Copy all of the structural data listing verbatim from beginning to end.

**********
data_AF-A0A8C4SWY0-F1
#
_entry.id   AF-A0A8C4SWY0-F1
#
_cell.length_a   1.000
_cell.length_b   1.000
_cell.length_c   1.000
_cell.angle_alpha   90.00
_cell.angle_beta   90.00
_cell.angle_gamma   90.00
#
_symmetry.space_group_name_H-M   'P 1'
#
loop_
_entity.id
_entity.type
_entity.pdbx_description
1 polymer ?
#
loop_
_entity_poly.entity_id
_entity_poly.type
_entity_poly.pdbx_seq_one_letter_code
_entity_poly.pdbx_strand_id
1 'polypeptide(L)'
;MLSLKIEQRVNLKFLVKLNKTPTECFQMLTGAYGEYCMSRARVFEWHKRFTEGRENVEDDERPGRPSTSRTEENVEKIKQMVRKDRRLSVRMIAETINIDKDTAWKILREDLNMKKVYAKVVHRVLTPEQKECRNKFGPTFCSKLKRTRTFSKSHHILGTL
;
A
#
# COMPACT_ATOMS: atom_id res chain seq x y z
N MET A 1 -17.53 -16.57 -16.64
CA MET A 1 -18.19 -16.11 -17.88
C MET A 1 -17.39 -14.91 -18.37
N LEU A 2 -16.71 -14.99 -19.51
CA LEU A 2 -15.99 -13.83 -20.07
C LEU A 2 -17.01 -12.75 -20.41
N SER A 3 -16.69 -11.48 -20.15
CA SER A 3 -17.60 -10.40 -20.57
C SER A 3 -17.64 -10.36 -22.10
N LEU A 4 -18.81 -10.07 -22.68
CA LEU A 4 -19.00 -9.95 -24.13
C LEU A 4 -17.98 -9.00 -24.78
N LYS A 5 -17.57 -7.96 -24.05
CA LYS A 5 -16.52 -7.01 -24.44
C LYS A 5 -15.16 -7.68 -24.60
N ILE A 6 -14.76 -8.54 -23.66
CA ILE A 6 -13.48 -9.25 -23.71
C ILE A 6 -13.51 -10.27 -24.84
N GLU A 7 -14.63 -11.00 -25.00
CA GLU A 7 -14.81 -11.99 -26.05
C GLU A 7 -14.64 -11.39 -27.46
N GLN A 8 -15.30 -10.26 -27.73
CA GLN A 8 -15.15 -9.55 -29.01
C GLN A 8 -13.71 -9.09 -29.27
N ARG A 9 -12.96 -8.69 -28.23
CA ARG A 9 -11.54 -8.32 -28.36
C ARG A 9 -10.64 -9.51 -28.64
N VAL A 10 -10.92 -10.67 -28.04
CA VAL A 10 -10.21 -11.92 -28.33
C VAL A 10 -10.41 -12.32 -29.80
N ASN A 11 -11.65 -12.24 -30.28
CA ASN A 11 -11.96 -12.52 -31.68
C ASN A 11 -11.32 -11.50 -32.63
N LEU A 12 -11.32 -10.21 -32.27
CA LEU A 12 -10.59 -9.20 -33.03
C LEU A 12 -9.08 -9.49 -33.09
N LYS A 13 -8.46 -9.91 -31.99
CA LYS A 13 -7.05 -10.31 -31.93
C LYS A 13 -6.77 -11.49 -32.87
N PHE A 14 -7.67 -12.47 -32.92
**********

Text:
data_AF-A0A8C4SWY0-F1
#
_entry.id   AF-A0A8C4SWY0-F1
#
_cell.length_a   1.000
_cell.length_b   1.000
_cell.length_c   1.000
_cell.angle_alpha   90.00
_cell.angle_beta   90.00
_cell.angle_gamma   90.00
#
_symmetry.space_group_name_H-M   'P 1'
#
loop_
_entity.id
_entity.type
_entity.pdbx_description
1 polymer ?
#
loop_
_entity_poly.entity_id
_entity_poly.type
_entity_poly.pdbx_seq_one_letter_code
_entity_poly.pdbx_strand_id
1 'polypeptide(L)'
;MLSLKIEQRVNLKFLVKLNKTPTECFQMLTGAYGEYCMSRARVFEWHKRFTEGRENVEDDERPGRPSTSRTEENVEKIKQMVRKDRRLSVRMIAETINIDKDTAWKILREDLNMKKVYAKVVHRVLTPEQKECRNKFGPTFCSKLKRTRTFSKSHHILGTL
;
A
#
# COMPACT_ATOMS: atom_id res chain seq x y z
N MET A 1 -17.53 -16.57 -16.64
CA MET A 1 -18.19 -16.11 -17.88
C MET A 1 -17.39 -14.91 -18.37
N LEU A 2 -16.71 -14.99 -19.51
CA LEU A 2 -15.99 -13.83 -20.07
C LEU A 2 -17.01 -12.75 -20.41
N SER A 3 -16.69 -11.48 -20.15
CA SER A 3 -17.60 -10.40 -20.57
C SER A 3 -17.64 -10.36 -22.10
N LEU A 4 -18.81 -10.07 -22.68
CA LEU A 4 -19.00 -9.95 -24.13
C LEU A 4 -17.98 -9.00 -24.78
N LYS A 5 -17.57 -7.96 -24.05
CA LYS A 5 -16.52 -7.01 -24.44
C LYS A 5 -15.16 -7.68 -24.60
N ILE A 6 -14.76 -8.54 -23.66
CA ILE A 6 -13.48 -9.25 -23.71
C ILE A 6 -13.51 -10.27 -24.84
N GLU A 7 -14.63 -11.00 -25.00
CA GLU A 7 -14.81 -11.99 -26.05
C GLU A 7 -14.64 -11.39 -27.46
N GLN A 8 -15.30 -10.26 -27.73
CA GLN A 8 -15.15 -9.55 -29.01
C GLN A 8 -13.71 -9.09 -29.27
N ARG A 9 -12.96 -8.69 -28.23
CA ARG A 9 -11.54 -8.32 -28.36
C ARG A 9 -10.64 -9.51 -28.64
N VAL A 10 -10.92 -10.67 -28.04
CA VAL A 10 -10.21 -11.92 -28.33
C VAL A 10 -10.41 -12.32 -29.80
N ASN A 11 -11.65 -12.24 -30.28
CA ASN A 11 -11.96 -12.52 -31.68
C ASN A 11 -11.32 -11.50 -32.63
N LEU A 12 -11.32 -10.21 -32.27
CA LEU A 12 -10.59 -9.20 -33.03
C LEU A 12 -9.08 -9.49 -33.09
N LYS A 13 -8.46 -9.91 -31.99
CA LYS A 13 -7.05 -10.31 -31.93
C LYS A 13 -6.77 -11.49 -32.87
N PHE A 14 -7.67 -12.47 -32.92